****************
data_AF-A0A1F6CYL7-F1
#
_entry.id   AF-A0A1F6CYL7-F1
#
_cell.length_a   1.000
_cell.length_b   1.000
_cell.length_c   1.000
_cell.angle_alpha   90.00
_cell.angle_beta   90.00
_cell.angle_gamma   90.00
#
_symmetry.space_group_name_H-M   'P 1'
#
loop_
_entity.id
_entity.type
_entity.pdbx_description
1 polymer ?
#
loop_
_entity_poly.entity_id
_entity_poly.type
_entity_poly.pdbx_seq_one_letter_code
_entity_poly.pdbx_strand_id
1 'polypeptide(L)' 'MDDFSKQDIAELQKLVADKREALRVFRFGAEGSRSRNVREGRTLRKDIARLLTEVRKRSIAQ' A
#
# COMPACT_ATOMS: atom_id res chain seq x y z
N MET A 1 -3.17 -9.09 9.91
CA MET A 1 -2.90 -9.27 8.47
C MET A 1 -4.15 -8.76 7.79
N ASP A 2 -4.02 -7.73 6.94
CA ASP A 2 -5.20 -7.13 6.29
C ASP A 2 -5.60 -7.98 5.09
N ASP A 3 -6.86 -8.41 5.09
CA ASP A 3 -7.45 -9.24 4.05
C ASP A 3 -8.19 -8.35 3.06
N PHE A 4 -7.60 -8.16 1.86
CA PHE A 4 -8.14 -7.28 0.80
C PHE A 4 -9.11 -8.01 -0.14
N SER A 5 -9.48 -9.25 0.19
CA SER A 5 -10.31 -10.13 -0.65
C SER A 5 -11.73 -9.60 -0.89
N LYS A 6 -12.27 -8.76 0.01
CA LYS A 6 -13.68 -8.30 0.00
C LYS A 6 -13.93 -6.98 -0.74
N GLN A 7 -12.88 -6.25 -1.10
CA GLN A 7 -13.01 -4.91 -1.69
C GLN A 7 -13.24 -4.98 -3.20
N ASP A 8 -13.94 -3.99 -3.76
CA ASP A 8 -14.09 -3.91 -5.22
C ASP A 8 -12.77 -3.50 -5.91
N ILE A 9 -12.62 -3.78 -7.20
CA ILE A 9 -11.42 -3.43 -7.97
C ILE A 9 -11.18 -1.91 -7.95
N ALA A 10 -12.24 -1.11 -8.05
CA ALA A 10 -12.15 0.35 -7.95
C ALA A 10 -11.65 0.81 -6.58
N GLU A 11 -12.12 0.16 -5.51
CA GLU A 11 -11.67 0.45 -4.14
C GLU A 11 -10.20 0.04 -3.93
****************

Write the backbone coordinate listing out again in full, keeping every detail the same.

data_AF-A0A1F6CYL7-F1
#
_entry.id   AF-A0A1F6CYL7-F1
#
_cell.length_a   1.000
_cell.length_b   1.000
_cell.length_c   1.000
_cell.angle_alpha   90.00
_cell.angle_beta   90.00
_cell.angle_gamma   90.00
#
_symmetry.space_group_name_H-M   'P 1'
#
loop_
_entity.id
_entity.type
_entity.pdbx_description
1 polymer ?
#
loop_
_entity_poly.entity_id
_entity_poly.type
_entity_poly.pdbx_seq_one_letter_code
_entity_poly.pdbx_strand_id
1 'polypeptide(L)' 'MDDFSKQDIAELQKLVADKREALRVFRFGAEGSRSRNVREGRTLRKDIARLLTEVRKRSIAQ' A
#
# COMPACT_ATOMS: atom_id res chain seq x y z
N MET A 1 -3.17 -9.09 9.91
CA MET A 1 -2.90 -9.27 8.47
C MET A 1 -4.15 -8.76 7.79
N ASP A 2 -4.02 -7.73 6.94
CA ASP A 2 -5.20 -7.13 6.29
C ASP A 2 -5.60 -7.98 5.09
N ASP A 3 -6.86 -8.41 5.09
CA ASP A 3 -7.45 -9.24 4.05
C ASP A 3 -8.19 -8.35 3.06
N PHE A 4 -7.60 -8.16 1.86
CA PHE A 4 -8.14 -7.28 0.80
C PHE A 4 -9.11 -8.01 -0.14
N SER A 5 -9.48 -9.25 0.19
CA SER A 5 -10.31 -10.13 -0.65
C SER A 5 -11.73 -9.60 -0.89
N LYS A 6 -12.27 -8.76 0.01
CA LYS A 6 -13.68 -8.30 0.00
C LYS A 6 -13.93 -6.98 -0.74
N GLN A 7 -12.88 -6.25 -1.10
CA GLN A 7 -13.01 -4.91 -1.69
C GLN A 7 -13.24 -4.98 -3.20
N ASP A 8 -13.94 -3.99 -3.76
CA ASP A 8 -14.09 -3.91 -5.22
C ASP A 8 -12.77 -3.50 -5.91
N ILE A 9 -12.62 -3.78 -7.20
CA ILE A 9 -11.42 -3.43 -7.97
C ILE A 9 -11.18 -1.91 -7.95
N ALA A 10 -12.24 -1.11 -8.05
CA ALA A 10 -12.15 0.35 -7.95
C ALA A 10 -11.65 0.81 -6.58
N GLU A 11 -12.12 0.16 -5.51
CA GLU A 11 -11.67 0.45 -4.14
C GLU A 11 -10.20 0.04 -3.93